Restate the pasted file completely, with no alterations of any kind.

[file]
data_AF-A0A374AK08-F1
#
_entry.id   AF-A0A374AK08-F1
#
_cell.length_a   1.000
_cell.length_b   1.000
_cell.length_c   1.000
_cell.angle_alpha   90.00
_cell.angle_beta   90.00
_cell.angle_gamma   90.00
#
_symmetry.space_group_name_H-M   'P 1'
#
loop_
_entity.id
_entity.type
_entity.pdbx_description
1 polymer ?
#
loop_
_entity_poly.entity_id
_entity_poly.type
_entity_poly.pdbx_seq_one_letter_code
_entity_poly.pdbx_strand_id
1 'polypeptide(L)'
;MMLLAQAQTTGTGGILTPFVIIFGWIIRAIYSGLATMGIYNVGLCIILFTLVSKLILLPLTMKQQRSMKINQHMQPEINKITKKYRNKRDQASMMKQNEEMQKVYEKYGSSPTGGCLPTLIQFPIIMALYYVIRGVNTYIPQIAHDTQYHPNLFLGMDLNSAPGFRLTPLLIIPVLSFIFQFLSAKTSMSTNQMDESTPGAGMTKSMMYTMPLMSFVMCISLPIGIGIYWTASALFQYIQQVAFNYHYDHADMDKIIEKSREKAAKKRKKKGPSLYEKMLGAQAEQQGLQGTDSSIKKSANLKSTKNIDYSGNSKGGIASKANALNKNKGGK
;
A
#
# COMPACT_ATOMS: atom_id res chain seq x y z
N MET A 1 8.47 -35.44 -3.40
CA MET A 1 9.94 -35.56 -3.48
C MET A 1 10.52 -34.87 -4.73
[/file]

data_AF-A0A374AK08-F1
#
_entry.id   AF-A0A374AK08-F1
#
_cell.length_a   1.000
_cell.length_b   1.000
_cell.length_c   1.000
_cell.angle_alpha   90.00
_cell.angle_beta   90.00
_cell.angle_gamma   90.00
#
_symmetry.space_group_name_H-M   'P 1'
#
loop_
_entity.id
_entity.type
_entity.pdbx_description
1 polymer ?
#
loop_
_entity_poly.entity_id
_entity_poly.type
_entity_poly.pdbx_seq_one_letter_code
_entity_poly.pdbx_strand_id
1 'polypeptide(L)'
;MMLLAQAQTTGTGGILTPFVIIFGWIIRAIYSGLATMGIYNVGLCIILFTLVSKLILLPLTMKQQRSMKINQHMQPEINKITKKYRNKRDQASMMKQNEEMQKVYEKYGSSPTGGCLPTLIQFPIIMALYYVIRGVNTYIPQIAHDTQYHPNLFLGMDLNSAPGFRLTPLLIIPVLSFIFQFLSAKTSMSTNQMDESTPGAGMTKSMMYTMPLMSFVMCISLPIGIGIYWTASALFQYIQQVAFNYHYDHADMDKIIEKSREKAAKKRKKKGPSLYEKMLGAQAEQQGLQGTDSSIKKSANLKSTKNIDYSGNSKGGIASKANALNKNKGGK
;
A
#
# COMPACT_ATOMS: atom_id res chain seq x y z
N MET A 1 8.47 -35.44 -3.40
CA MET A 1 9.94 -35.56 -3.48
C MET A 1 10.52 -34.87 -4.73